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Let $\beta>2\alpha\ge0$. What must be the relation between $\alpha$ and $\beta$ so that $$f_n(x)={2n^\alpha x\over 1+n^\beta x^2}$$ is uniform convergent over the interval $[0,1]$. Thanks in advance!

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Hint: The pointwise limit is the zero function. What is the maximum value of $f_n$ over $[0,1]$? –  David Mitra Feb 7 '13 at 17:47
    
I tried that way but could not get to somewhere. @DavidMitra I should check whether maximum of the functions has limit zero right? –  ciceksiz kakarot Feb 7 '13 at 17:49
    
Yes, that's correct. It's not to hard to do using a derivative analysis. I obtained that the maximum value of $f_n$ is attained when $x^2=n^{-\beta}$. –  David Mitra Feb 7 '13 at 17:56
    
I found that too, but after I work the rest, I get something like $2\alpha \le 5\beta$, and I think this is not a sufficient relation. –  ciceksiz kakarot Feb 7 '13 at 18:44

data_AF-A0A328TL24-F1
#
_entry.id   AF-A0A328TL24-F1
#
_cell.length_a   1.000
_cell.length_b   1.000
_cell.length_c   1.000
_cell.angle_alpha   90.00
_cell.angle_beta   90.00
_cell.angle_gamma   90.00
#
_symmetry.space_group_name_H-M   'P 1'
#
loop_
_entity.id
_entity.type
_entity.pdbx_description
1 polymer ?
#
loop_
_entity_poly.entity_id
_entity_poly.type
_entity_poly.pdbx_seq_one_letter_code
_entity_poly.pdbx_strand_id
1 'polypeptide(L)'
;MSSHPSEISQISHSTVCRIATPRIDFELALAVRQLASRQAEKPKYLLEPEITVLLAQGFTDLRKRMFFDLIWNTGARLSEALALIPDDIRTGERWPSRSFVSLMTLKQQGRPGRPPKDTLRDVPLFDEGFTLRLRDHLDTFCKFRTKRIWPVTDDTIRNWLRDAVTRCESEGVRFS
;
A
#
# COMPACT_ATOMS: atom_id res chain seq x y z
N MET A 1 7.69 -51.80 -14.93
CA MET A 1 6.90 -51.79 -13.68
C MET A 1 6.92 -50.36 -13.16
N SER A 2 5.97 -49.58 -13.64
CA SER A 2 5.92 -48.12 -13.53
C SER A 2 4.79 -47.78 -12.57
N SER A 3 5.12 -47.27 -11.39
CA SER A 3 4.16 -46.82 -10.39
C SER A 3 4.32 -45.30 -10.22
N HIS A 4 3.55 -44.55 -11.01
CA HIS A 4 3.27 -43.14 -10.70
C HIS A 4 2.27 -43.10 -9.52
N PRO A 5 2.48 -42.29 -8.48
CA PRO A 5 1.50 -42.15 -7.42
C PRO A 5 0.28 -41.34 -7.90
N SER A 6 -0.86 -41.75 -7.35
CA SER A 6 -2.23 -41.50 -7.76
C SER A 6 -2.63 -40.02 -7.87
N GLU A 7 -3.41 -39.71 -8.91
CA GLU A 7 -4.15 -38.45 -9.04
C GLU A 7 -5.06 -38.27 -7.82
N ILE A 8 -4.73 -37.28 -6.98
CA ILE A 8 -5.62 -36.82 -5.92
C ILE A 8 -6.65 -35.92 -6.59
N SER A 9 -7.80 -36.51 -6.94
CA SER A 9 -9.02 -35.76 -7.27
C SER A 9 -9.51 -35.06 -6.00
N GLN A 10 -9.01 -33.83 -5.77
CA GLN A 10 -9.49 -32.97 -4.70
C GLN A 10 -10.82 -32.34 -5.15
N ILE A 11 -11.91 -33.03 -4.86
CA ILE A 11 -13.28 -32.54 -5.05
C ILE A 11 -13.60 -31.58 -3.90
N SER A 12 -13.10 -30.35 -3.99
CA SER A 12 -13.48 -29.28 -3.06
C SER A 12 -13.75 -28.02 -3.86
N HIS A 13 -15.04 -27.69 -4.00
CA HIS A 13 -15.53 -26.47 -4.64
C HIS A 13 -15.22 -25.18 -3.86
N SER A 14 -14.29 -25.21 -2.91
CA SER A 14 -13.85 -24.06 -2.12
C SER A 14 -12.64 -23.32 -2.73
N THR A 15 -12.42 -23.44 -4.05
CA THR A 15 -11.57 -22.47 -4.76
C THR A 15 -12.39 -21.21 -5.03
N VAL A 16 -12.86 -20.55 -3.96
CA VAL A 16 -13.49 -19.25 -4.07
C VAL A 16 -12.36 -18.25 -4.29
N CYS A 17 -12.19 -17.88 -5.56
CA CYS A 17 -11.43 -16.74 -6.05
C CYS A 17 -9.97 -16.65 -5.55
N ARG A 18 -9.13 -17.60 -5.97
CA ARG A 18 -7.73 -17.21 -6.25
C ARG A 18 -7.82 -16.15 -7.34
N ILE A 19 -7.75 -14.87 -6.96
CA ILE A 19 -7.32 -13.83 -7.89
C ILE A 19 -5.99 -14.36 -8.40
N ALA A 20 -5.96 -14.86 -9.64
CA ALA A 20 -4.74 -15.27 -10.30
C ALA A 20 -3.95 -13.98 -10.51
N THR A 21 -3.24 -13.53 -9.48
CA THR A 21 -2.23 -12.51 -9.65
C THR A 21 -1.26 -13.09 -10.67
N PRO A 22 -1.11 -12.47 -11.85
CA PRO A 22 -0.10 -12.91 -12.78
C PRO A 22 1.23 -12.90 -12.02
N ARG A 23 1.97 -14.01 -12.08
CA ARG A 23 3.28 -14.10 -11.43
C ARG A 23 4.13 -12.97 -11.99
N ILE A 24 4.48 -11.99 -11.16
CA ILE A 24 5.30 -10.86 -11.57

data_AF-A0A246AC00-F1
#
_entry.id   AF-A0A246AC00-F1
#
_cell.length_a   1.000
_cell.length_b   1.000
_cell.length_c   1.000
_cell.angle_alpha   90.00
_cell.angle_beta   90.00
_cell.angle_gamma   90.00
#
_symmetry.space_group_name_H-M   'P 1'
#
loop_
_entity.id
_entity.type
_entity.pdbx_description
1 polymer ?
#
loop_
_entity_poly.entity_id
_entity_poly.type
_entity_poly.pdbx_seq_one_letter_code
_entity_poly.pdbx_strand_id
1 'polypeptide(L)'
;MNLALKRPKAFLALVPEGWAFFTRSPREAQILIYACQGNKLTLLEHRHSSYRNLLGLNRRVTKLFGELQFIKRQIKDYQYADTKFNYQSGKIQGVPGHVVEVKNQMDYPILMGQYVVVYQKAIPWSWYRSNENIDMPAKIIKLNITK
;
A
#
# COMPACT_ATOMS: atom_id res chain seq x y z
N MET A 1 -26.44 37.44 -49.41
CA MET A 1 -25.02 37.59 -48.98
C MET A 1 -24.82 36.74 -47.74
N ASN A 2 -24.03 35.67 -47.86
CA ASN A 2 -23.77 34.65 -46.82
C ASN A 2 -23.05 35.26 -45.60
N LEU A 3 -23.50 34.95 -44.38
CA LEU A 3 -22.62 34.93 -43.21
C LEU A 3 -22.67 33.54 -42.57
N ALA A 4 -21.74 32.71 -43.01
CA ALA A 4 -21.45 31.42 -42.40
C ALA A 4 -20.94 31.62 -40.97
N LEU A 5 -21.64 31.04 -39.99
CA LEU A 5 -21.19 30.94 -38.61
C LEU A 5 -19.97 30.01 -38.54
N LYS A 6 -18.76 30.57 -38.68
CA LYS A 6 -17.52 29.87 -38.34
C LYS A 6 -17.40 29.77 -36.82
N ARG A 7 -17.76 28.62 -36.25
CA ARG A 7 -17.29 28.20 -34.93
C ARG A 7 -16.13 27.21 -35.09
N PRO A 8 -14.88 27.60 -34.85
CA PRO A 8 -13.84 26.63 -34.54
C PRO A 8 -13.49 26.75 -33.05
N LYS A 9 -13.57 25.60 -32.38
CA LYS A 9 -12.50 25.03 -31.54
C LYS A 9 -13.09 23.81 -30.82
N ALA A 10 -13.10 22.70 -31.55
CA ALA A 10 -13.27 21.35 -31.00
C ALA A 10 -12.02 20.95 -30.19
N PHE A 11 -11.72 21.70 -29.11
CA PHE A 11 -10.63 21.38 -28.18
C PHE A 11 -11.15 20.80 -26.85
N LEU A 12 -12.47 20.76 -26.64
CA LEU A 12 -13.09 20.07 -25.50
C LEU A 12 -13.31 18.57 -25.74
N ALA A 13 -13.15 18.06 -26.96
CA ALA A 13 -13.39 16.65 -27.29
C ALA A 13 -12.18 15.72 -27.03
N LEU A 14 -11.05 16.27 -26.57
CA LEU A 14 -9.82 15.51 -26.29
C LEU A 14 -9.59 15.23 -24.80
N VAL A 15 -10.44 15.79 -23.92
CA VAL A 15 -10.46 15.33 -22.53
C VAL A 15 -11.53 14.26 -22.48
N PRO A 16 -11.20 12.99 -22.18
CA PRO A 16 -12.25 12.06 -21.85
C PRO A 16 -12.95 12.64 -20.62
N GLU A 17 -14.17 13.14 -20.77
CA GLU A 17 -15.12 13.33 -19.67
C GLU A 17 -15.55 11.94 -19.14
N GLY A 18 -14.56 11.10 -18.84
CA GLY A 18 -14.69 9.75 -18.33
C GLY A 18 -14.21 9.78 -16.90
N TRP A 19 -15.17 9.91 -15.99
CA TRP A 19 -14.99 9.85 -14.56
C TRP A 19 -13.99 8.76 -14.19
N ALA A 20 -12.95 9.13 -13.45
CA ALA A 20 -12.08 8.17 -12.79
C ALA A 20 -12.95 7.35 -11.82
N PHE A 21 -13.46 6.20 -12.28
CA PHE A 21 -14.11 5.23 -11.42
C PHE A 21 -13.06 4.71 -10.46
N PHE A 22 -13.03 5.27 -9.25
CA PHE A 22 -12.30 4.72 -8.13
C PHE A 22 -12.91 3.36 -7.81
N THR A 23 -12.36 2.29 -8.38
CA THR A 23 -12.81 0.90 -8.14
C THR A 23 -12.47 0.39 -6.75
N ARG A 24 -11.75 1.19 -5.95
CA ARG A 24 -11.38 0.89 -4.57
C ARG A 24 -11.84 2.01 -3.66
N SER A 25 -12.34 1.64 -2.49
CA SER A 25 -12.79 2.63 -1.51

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Hmm.. $${2n^\alpha n^{-\beta/2}\over 1+n^\beta n^{-\beta}}={2n^{\alpha-\beta/2}\over 2} = n^{2\alpha-\beta\over 2}.$$ So it seems no further conditions on $\alpha$ and $\beta$ are required to insure uniform convergence on $[0,1]$. –  David Mitra Feb 7 '13 at 18:51

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Hint: Apply the inequality $z^2+1\geqslant 2|z|$ to $z=n^{\beta/2}x$, to deduce that $f_n\to0$ uniformly on $\mathbb R$ as soon as $\beta\gt2\alpha$.

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